Actually, I think revisiting settle law to relegate certain Americans to a lesser class of citizenship, the effort to remove a popularly elected president from office by unconstitutional means, or any attempt to tamper with the Reconstruction Amendments sounds a bit fascist to me.Careful, you might join my peanut gallery...second class citizens, it is currently accepted that naturalized citizens are not permitted to hold the office of POTUS. Good gracious, I hope you're not not a "tea bagger" or some other wierdo.Ha!-Noz

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#17

Post by TollandRCR » Fri Mar 12, 2010 3:54 pm

"Even the opponents of birthright citizenship for illegal aliens are honest enough to acknowledge that Wong Kim Ark settled the question for the children of anyone here legally."Yes, I agree. But, it is an opinion (with a dissent)...one that has not been re-looked in over a hundred years.Law and opinion.-NozAre you suggesting, as are many Birfers, that Wong Kim Ark was wrongly decided and needs another look? Apparently some use that phrase "it is an opinion (with a dissent)" to mean that the court's ruling is really of no more value than would be the opinions expressed around my dinner table. So would, say, Brown v. Board of Education also be just an opinion that we have not re-examined in almost 60 years? Do you draw no distinction between a court's decision and the opinions of a legal scholar?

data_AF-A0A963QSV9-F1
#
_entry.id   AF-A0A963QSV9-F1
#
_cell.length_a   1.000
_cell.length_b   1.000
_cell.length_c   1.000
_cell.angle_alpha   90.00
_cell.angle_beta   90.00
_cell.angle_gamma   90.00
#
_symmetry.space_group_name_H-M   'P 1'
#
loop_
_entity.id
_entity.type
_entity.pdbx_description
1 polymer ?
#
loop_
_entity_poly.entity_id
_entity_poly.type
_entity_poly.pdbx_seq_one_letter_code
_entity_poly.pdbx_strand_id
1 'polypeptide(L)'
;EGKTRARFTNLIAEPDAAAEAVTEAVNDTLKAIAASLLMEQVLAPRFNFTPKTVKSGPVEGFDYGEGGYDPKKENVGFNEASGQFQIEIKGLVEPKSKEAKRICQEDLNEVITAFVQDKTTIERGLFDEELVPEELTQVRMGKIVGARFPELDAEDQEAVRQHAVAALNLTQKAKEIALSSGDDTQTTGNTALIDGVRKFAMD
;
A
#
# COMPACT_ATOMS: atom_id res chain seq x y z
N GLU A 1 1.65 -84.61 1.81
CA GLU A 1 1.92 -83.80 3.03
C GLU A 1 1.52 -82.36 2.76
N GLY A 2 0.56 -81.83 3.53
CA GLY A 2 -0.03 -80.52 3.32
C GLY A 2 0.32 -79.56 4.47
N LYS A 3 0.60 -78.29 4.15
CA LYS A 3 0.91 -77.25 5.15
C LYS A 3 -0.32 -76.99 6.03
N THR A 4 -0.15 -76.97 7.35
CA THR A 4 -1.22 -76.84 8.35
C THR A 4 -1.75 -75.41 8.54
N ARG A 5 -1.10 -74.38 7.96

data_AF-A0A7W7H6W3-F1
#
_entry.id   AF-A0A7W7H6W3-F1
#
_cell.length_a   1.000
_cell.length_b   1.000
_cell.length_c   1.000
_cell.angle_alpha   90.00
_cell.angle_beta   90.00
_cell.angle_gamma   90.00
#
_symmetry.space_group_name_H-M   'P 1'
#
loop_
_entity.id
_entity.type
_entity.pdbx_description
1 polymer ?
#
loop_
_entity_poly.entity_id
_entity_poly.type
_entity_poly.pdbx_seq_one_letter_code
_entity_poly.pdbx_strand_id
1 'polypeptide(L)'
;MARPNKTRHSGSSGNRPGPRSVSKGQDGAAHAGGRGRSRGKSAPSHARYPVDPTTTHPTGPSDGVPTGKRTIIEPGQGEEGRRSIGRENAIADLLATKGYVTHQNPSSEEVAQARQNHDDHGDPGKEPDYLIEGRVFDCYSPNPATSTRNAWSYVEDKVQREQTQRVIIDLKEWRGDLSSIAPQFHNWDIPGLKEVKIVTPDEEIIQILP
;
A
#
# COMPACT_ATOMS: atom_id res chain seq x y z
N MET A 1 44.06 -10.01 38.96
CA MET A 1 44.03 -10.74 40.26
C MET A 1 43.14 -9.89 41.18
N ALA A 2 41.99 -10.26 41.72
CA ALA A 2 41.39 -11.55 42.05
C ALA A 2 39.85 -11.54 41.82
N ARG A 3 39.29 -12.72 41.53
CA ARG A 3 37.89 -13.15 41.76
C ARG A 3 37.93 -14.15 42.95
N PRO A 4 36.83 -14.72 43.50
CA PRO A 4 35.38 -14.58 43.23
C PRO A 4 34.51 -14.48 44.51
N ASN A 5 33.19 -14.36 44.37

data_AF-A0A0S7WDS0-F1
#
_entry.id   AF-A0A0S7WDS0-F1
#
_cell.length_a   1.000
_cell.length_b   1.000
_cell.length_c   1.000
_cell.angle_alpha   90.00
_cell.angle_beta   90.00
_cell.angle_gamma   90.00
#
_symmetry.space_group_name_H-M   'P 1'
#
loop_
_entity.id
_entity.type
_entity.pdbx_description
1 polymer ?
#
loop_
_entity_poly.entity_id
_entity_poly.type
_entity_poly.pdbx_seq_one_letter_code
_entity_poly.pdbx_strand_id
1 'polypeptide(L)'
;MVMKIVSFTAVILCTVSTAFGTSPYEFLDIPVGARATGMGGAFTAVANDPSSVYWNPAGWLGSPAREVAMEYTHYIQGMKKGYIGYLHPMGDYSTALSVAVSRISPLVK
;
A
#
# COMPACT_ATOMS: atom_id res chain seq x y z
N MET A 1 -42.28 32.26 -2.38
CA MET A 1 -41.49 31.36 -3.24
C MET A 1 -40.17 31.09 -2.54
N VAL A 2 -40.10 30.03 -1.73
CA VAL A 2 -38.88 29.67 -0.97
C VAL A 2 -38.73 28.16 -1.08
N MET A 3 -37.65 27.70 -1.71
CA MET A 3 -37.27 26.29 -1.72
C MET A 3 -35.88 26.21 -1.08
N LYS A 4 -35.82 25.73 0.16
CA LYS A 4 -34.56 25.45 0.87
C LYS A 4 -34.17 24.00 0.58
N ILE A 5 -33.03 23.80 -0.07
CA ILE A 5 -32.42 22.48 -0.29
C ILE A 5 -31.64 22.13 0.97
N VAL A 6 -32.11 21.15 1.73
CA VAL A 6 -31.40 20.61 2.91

“The truth is, we know so little about life, we don’t really know what the good news is and what the bad news is.” Kurt Vonnegut

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#18

Post by Pieter Nosworthy » Fri Mar 12, 2010 4:08 pm

"Even the opponents of birthright citizenship for illegal aliens are honest enough to acknowledge that Wong Kim Ark settled the question for the children of anyone here legally."Yes, I agree. But, it is an opinion (with a dissent)...one that has not been re-looked in over a hundred years.Law and opinion.-NozAre you suggesting, as are many Birfers, that Wong Kim Ark was wrongly decided and needs another look? Apparently some use that phrase "it is an opinion (with a dissent)" to mean that the court's ruling is really of no more value than would be the opinions expressed around my dinner table. So would, say, Brown v. Board of Education also be just an opinion that we have not re-examined in almost 60 years? Do you draw no distinction between a court's decision and the opinions of a legal scholar?I love PJ. This is the best site on the entire blog...We are dealing with near-philosophical worldviews. The WKA decision has been discussed ever since the ruling...the matter is not moot. Some have crappy reasons for dissent and others less so. I brought up the internment of the Jap-Ams previously due to a glaring reality that it provided...regardless of the perceived constitutional truths we hold dear, there are times when principle and reality overcome the prevalent expediencies. So, what does this mean? Are there truths that we will affirm when push comes to shove and those that we will let go for wont of a peace when situations allow?I don't know...but I am interested to know.We share something in that neither of us is capable of rendering an answer (authoritatively).-Noz